“Is there a link between metal ion release and in-stent restenosis?”
Despite a considerable clinical and investigative emphasis on the problem of in-stent restenosis (ISR), complications arising from the interaction of stent materials with the surrounding vessel wall, remain a significant problem. Metal implants experience different levels of wear and corrosion due to the mechanical and biochemical environment at the site of implantation. Given the large number of stents implanted annually, investigating the potential mechanisms and regulatory factors involved in the development of in-stent restenosis is of significant importance. The proposed project aims to evaluate the vessel inflammatory response to stent in vivo corrosion through a direct model of murine in situ stenting in order to study the concentration of released nickel ions from cardiovascular stents over time. Nickel leaching will be investigated for different stent designs/geometries and across a wide range of surface process conditions and implantation time points. The vessel inflammatory response to biocorrosion will be evaluated via in vivo imaging and immunohistochemistry. Atomic force microscopy (AFM) studies will also be performed to characterize the mechanical properties of live lymphocyte cells. The results of this multi-level analysis will effectively enable us to investigate the connection between the level of nickel ion release, the associated inflammation, and factors thought to initiate in-stent restenosis (ISR). The collaboration on this common task is expected to accommodate knowledge transfer and exchange, developing productive synergies that will make the involved institutions, Cyprus University of Technology (CUT) with the University of Alabama at Birmingham (UAB), more competitive at an international level. The proposal will strengthen the ties between the two Institutions and will provide joint prospects for securing international funding and exploring intellectual property opportunities to benefit the competitiveness of the Cyprus economy.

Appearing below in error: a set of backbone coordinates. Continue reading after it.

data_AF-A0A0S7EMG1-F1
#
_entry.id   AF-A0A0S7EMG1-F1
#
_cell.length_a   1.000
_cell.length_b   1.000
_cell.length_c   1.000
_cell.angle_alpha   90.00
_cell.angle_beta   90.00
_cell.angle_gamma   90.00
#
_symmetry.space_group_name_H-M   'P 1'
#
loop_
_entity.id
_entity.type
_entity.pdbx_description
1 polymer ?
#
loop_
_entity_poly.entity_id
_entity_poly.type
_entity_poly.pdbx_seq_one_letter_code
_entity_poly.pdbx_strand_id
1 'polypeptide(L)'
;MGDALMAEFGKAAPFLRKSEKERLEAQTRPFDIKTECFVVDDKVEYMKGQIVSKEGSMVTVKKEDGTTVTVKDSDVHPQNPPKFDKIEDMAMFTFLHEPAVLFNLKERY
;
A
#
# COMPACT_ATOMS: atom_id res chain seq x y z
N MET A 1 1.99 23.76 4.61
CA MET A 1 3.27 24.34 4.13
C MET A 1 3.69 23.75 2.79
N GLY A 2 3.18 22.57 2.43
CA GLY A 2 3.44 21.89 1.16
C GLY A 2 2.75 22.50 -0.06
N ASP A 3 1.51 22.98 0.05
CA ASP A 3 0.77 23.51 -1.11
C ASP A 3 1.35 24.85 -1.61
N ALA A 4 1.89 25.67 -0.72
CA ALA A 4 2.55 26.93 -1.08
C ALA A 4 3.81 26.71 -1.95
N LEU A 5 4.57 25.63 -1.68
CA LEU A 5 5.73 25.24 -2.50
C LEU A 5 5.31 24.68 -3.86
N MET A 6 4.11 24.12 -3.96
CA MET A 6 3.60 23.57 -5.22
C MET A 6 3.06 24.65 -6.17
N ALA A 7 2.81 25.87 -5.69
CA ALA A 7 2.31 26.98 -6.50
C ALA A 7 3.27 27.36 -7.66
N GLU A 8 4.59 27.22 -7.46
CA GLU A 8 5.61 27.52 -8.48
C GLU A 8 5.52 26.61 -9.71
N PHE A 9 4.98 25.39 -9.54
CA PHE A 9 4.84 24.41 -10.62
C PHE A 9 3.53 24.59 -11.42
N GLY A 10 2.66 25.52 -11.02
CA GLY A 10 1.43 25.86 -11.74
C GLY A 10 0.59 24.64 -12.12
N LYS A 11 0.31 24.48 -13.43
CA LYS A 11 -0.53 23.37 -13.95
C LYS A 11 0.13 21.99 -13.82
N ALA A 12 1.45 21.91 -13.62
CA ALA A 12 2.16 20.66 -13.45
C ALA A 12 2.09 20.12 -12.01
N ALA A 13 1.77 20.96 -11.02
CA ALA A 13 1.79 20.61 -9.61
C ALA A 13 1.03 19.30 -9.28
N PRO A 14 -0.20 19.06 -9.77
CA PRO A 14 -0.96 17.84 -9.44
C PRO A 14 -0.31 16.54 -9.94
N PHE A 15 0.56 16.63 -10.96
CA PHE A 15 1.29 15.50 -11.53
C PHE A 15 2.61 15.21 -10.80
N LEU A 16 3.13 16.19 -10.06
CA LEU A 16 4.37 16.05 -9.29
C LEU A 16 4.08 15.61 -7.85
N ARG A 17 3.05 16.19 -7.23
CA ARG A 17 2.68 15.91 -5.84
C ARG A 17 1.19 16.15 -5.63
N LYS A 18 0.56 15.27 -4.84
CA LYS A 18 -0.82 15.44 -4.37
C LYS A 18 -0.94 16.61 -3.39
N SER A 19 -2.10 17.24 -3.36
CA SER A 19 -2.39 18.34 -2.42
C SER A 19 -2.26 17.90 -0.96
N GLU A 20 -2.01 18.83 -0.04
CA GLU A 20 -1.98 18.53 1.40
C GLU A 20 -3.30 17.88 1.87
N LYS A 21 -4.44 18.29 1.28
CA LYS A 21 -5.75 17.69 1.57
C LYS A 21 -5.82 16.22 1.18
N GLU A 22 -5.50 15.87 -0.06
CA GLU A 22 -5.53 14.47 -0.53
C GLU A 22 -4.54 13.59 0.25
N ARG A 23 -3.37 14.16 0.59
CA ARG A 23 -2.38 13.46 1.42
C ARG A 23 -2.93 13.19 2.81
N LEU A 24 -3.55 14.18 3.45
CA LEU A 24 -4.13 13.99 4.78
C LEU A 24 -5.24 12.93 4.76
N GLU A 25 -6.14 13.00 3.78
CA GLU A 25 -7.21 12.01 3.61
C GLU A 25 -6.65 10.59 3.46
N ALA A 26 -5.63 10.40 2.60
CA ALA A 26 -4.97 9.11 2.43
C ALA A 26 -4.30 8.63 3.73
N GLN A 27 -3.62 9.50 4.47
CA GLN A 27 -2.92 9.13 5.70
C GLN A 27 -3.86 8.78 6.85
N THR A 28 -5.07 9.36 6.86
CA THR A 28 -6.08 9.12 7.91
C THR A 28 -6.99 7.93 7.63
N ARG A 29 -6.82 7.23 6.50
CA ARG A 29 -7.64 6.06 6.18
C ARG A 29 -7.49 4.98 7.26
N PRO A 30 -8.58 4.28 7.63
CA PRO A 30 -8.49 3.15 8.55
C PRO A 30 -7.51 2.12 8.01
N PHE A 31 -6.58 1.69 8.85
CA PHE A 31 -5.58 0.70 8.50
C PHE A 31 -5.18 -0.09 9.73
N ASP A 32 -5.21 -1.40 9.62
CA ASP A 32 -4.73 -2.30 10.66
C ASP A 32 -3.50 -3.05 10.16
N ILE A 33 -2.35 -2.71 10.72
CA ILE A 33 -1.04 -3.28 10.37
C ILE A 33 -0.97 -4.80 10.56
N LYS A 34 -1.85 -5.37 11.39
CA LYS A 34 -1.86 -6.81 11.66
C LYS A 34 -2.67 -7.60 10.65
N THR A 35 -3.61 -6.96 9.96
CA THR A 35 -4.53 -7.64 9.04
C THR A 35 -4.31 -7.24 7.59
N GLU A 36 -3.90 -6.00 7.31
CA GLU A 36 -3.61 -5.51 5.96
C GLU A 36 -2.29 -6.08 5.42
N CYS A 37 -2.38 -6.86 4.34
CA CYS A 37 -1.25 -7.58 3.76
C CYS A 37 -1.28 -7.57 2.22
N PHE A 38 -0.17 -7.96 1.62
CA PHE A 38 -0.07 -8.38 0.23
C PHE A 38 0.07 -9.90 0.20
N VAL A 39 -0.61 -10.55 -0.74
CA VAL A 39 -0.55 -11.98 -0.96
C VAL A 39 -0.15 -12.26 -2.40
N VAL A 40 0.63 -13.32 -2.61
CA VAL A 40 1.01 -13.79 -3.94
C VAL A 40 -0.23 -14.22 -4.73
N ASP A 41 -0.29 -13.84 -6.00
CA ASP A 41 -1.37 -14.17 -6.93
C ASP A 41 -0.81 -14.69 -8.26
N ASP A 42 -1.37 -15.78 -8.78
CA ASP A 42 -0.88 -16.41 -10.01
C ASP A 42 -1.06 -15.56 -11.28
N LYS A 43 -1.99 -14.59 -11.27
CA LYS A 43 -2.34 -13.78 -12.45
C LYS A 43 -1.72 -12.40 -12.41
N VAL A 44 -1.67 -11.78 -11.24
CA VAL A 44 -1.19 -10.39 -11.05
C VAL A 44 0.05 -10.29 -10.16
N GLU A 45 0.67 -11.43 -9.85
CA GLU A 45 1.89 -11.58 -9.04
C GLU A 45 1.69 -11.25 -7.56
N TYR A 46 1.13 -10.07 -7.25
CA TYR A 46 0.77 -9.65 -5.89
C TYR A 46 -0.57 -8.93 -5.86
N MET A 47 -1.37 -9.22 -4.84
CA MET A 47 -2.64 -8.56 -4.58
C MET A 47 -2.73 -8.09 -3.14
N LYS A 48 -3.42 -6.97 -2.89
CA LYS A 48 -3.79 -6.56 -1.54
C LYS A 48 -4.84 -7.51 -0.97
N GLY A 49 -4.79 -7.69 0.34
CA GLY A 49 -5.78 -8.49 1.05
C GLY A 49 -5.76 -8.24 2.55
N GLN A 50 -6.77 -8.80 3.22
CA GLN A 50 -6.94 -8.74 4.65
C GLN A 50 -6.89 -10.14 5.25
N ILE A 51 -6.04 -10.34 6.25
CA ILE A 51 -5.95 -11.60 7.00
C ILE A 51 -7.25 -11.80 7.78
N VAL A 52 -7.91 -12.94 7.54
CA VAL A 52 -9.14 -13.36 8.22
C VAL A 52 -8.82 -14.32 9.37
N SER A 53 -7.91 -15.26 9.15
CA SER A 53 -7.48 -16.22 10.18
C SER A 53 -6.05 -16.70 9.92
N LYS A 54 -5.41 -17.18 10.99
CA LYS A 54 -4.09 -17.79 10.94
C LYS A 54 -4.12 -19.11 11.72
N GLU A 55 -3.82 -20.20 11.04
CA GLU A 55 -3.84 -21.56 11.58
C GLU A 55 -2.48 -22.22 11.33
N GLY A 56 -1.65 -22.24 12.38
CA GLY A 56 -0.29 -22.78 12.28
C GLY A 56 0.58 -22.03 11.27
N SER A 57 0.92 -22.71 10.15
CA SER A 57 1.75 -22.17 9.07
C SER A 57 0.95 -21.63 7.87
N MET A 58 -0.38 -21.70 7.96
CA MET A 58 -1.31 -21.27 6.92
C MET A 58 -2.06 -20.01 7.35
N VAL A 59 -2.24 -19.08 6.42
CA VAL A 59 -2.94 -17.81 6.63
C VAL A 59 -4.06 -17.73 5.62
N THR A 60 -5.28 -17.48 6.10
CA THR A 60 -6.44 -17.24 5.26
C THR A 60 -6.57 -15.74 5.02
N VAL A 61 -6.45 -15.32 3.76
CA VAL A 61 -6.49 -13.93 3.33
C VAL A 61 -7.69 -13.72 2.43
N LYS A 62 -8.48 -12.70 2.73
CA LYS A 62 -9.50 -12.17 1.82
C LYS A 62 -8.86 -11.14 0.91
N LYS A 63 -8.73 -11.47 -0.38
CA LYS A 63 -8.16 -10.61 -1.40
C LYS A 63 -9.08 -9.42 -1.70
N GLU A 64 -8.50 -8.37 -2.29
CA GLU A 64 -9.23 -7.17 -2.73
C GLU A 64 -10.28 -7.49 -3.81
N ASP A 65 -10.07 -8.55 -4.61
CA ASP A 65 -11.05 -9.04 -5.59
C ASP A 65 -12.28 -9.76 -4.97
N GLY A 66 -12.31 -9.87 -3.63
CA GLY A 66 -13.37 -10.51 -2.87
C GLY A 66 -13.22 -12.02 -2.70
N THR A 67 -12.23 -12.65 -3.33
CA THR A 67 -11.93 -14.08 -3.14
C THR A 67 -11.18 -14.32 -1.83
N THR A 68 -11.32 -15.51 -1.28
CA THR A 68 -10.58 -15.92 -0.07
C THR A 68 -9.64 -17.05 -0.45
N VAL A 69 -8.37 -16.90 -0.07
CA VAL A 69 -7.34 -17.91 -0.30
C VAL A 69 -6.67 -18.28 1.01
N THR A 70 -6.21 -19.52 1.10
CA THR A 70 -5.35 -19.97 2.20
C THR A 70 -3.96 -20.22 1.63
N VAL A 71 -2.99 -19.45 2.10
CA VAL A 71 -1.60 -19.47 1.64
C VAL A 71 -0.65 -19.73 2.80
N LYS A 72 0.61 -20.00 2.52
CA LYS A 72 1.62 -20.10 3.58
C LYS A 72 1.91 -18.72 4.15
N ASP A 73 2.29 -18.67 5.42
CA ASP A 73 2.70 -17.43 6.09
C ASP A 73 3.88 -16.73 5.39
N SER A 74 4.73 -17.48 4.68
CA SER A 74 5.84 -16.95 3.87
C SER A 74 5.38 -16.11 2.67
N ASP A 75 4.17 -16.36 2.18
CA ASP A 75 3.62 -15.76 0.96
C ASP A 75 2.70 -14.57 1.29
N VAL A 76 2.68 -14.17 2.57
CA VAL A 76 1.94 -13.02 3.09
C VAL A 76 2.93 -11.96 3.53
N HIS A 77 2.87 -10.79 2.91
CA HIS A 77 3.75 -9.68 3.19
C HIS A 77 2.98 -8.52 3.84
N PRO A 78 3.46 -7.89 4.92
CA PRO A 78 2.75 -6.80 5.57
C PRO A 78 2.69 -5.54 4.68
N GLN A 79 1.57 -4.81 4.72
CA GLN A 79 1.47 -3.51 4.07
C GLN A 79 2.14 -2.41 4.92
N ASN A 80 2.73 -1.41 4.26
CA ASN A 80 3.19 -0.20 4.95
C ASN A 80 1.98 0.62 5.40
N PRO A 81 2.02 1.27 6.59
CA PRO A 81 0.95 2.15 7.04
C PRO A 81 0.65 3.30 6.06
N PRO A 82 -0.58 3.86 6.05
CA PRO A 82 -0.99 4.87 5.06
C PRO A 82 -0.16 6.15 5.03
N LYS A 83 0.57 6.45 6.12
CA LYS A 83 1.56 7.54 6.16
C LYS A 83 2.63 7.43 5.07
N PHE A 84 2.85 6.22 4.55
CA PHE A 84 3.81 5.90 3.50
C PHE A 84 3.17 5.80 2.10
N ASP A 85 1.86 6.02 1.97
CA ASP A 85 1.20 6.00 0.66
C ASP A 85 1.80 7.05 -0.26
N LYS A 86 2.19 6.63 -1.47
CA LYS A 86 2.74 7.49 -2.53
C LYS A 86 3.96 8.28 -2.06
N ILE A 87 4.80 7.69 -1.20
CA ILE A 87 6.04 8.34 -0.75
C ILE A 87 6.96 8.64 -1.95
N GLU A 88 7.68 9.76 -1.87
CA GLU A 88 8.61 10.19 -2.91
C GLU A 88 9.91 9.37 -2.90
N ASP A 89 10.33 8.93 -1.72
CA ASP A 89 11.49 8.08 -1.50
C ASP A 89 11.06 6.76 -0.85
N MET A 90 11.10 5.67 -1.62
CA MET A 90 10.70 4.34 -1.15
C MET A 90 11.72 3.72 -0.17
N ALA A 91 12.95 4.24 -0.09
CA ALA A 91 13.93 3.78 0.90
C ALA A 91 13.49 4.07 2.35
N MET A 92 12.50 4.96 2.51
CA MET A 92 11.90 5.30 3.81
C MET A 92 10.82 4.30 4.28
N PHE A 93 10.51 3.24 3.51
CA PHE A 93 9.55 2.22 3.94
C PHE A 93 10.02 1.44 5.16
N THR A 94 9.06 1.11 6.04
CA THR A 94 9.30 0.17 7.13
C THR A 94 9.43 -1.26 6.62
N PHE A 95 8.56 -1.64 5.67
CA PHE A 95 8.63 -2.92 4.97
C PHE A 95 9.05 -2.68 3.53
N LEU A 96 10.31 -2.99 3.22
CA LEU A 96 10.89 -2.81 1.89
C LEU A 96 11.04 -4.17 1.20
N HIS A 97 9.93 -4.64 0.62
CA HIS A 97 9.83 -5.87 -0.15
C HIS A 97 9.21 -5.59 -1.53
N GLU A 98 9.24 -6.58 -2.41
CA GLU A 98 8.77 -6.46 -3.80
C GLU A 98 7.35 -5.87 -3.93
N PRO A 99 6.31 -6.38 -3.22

Consortium: Cyprus University of Technology (HO) and University of Alabama at Birmingham (FRO)
Total budget: €73,098
Funding Agency: The Project is co–funded by the European Regional Development Fund and the Republic of Cyprus through the Research & Innovation Foundation.